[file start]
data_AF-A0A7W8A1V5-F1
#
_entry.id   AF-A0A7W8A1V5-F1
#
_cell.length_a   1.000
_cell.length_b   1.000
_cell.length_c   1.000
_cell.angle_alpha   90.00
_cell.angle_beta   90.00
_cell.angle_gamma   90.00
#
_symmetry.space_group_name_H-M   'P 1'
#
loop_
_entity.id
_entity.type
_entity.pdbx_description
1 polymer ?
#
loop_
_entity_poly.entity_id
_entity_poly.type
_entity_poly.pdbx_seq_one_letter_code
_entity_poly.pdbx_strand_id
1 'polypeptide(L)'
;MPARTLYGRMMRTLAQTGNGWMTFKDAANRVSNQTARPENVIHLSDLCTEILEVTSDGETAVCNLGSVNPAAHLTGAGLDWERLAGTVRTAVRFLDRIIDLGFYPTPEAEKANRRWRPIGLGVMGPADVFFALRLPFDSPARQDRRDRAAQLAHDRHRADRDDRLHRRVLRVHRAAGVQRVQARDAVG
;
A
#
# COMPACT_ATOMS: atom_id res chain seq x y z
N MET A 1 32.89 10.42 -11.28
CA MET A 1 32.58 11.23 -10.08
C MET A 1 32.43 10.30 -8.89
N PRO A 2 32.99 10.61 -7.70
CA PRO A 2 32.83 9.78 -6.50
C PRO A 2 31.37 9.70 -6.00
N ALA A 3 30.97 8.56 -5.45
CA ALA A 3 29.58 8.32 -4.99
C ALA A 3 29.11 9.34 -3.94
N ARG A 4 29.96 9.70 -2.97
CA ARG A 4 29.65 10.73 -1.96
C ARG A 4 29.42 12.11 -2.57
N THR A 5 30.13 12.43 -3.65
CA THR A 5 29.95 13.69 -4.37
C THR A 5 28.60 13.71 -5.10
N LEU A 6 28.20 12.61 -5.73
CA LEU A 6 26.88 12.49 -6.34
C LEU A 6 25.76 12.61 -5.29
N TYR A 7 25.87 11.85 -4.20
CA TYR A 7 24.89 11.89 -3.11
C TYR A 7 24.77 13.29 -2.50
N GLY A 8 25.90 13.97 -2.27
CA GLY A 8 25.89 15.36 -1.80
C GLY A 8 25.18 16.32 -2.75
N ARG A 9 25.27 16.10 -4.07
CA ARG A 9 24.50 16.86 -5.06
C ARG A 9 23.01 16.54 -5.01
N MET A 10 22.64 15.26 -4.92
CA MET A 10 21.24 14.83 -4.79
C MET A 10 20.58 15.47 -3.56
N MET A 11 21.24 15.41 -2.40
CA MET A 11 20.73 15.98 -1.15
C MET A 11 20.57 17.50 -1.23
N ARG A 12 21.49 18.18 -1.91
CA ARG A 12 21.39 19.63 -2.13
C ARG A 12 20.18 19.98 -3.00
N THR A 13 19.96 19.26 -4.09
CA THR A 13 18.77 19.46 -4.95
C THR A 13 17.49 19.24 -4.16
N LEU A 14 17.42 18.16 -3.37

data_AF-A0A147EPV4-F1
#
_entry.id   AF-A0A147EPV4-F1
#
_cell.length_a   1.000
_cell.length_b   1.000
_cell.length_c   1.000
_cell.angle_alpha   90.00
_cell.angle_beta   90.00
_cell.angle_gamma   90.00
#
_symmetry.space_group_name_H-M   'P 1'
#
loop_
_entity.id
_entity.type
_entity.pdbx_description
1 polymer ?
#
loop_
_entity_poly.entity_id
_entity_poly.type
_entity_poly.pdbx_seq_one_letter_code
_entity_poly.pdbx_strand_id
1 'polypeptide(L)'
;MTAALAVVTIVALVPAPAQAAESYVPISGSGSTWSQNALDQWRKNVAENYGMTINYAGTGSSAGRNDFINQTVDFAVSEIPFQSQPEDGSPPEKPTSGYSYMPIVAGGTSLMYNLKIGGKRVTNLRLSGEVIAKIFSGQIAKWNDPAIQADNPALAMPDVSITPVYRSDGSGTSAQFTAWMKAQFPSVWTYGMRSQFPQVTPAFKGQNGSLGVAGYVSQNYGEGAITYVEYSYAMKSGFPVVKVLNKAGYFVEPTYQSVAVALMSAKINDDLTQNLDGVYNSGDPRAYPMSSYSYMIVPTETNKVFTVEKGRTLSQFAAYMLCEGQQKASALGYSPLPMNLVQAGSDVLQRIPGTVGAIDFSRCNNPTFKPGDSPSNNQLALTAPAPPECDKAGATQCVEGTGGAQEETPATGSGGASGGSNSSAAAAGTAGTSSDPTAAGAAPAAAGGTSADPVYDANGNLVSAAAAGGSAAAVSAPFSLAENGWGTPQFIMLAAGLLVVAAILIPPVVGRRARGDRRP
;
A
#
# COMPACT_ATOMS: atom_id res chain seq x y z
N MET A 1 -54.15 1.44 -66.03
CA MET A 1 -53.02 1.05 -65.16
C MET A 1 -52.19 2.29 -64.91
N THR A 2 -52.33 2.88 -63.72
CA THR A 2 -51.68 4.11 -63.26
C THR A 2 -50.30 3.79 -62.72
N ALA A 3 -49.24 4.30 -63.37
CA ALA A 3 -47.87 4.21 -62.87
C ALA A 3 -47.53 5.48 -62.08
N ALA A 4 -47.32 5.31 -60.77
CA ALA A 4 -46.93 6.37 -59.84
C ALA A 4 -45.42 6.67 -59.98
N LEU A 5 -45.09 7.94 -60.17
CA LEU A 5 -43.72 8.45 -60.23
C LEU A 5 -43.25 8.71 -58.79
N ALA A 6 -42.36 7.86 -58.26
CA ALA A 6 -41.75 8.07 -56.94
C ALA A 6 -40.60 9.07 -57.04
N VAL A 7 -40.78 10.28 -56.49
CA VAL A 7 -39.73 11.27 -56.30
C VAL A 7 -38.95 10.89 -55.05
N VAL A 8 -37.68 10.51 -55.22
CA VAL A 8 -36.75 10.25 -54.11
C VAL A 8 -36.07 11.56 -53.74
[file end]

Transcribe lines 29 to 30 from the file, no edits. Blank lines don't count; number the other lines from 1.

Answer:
#
# COMPACT_ATOMS: atom_id res chain seq x y z